NI donates $5 million to help 100 universities add graphical system design instruction

Austin, TX—National Instruments (NI) reports that it has donated $4 million worth of NI products and $1 million in cash to more than 100 universities in 25 countries for academic research and classroom projects that improve science, technology, engineering, and mathematics education.

02/01/2005


Austin, TX— National Instruments (NI) reports that it has donated $4 million worth of NI products and $1 million in cash to more than 100 universities in 25 countries for academic research and classroom projects that improve science, technology, engineering, and mathematics education. Funded with $2 million from a patent infringement settlement, NI’s contributions are being used for teaching and research applications in signal processing, control systems, and communications.

'The educational grant from National Instruments will provide critical hands-on experience with software and equipment in a series of courses in mechanical and electrical engineering,' says Dr. George Johnson, professor at University of California at Berkeley. 'It is particularly beneficial to have the same software for a sequence of upper division courses in circuits, controls, signal processing, instrumentation, design and system analysis. This grant will permit our students to explore the behavior of real systems in far greater depth than is possible now through the use of advanced analytical and data visualization capability of LabView.'

The firm’s donation gives users at engineering programs at educational institutions, such as Massachusetts Institute of Technology, Fudan University in China, and Indian Institute of Technology, access to NI products, including PXI-based RF modules and control hardware, NI Educational Laboratory Virtual Instrumentation Suites (ELVIS), and NI’s new CompactRIO reconfigurable I/O embedded control systems. With the donated equipment and the NI’s LabView graphical development environment, students can quickly put engineering theories into practice with easy-to-use interfaces and connectivity to thousands of measurement devices.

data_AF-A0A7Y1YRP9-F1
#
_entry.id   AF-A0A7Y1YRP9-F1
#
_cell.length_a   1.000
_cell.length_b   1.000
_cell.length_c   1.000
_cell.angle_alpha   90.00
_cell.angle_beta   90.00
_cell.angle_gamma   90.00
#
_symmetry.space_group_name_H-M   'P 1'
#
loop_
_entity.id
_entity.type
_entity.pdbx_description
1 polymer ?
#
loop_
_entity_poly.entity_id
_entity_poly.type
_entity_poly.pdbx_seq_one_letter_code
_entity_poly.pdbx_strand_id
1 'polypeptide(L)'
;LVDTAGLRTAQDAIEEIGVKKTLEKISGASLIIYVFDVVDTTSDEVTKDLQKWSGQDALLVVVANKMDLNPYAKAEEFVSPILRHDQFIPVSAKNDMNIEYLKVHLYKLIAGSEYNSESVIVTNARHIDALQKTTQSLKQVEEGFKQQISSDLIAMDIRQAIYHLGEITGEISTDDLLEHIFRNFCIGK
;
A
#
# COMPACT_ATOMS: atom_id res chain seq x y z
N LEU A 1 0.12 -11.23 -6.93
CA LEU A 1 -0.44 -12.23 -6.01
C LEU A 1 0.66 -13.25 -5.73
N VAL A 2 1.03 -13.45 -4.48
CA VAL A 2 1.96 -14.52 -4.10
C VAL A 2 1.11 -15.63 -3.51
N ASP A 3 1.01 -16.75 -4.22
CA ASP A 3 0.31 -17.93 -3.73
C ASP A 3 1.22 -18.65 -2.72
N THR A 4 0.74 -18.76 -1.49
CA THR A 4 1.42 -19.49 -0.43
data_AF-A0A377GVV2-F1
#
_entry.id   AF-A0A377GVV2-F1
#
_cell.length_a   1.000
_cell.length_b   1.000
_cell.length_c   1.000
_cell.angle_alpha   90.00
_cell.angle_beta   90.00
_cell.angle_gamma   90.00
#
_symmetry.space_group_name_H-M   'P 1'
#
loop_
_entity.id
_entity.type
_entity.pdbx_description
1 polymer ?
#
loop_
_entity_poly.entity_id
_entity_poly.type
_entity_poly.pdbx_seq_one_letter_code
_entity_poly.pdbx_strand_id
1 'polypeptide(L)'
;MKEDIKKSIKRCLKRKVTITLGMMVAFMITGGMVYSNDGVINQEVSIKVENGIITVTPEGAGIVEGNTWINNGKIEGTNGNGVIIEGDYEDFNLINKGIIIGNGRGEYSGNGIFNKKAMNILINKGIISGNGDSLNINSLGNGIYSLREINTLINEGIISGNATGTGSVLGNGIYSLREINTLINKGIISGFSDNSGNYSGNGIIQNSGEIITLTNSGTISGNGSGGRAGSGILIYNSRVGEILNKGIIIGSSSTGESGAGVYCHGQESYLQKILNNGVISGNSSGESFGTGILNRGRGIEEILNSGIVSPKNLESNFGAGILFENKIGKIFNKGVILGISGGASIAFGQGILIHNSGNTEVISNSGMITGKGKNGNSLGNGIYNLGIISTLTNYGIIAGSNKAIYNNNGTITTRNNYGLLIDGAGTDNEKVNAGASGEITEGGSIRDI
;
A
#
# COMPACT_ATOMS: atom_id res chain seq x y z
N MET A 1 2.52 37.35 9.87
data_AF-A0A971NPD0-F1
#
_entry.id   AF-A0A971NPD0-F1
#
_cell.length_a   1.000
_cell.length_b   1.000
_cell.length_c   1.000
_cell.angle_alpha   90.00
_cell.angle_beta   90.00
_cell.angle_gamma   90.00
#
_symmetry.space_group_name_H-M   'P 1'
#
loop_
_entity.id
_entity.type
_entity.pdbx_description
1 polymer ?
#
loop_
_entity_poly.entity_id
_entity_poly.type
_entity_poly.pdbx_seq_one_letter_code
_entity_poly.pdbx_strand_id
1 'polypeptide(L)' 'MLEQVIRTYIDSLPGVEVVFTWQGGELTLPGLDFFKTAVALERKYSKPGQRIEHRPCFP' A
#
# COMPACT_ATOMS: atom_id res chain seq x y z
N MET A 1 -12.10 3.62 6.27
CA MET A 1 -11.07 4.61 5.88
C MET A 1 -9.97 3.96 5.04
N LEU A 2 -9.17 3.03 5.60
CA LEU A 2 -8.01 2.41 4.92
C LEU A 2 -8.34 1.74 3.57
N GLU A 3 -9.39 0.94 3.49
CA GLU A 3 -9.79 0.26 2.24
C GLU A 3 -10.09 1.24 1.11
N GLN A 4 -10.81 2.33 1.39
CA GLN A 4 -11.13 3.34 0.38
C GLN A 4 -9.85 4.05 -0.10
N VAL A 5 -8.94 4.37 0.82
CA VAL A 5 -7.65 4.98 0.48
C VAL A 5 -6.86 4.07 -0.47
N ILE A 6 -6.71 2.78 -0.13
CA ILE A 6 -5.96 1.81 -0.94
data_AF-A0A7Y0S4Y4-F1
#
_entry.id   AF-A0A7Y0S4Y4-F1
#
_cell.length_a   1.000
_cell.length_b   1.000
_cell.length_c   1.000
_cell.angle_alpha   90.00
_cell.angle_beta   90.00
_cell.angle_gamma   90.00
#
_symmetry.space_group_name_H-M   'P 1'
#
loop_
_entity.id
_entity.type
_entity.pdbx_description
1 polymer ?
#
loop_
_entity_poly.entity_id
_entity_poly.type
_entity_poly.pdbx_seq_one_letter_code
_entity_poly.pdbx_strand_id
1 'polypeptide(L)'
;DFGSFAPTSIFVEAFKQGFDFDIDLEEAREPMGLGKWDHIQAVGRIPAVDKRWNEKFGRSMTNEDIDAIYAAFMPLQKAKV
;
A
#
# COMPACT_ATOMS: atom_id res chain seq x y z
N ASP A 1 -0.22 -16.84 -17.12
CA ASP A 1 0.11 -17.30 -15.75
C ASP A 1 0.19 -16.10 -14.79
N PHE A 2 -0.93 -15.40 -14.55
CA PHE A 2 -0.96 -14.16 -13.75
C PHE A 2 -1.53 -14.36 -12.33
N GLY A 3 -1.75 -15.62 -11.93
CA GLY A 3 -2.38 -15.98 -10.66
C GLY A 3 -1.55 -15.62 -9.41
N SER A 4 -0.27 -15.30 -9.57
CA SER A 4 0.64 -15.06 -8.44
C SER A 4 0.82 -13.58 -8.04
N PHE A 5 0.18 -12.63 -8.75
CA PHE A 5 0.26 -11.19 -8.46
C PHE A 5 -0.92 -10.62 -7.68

'National Instruments is dedicated to advancing engineering education by equipping leading universities with resources that give students hands-on experience with engineering concepts,' says Ray Almgren, NI’s product marketing and academic relations VP. 'With these grants, we fulfilled 150 proposals from top institutions worldwide to add innovative graphical system design and development techniques into their research and teaching applications.'

NI adds that it’s committed to enhancing engineering and science education worldwide by providing educators and students with innovative software and hardware to connect the curriculum with the real world. Professors and students benefit from professional tools, such as NI’s LabView graphical development software, which helps students visualize and implement engineering concepts. The company reports that integrating LabView in the classroom creates an effective and dynamic learning environment, whether it’s part of RoboLab in primary schools or used in university research laboratories. NI also offers resources to universities for hands-on laboratories, cutting-edge research. and student programs and competitions. To learn about educational discounts for qualifying academic institutions, visit www.ni.com/academic .

Control Engineering Daily News Desk
Jim Montague, news editor
jmontague@reedbusiness.com





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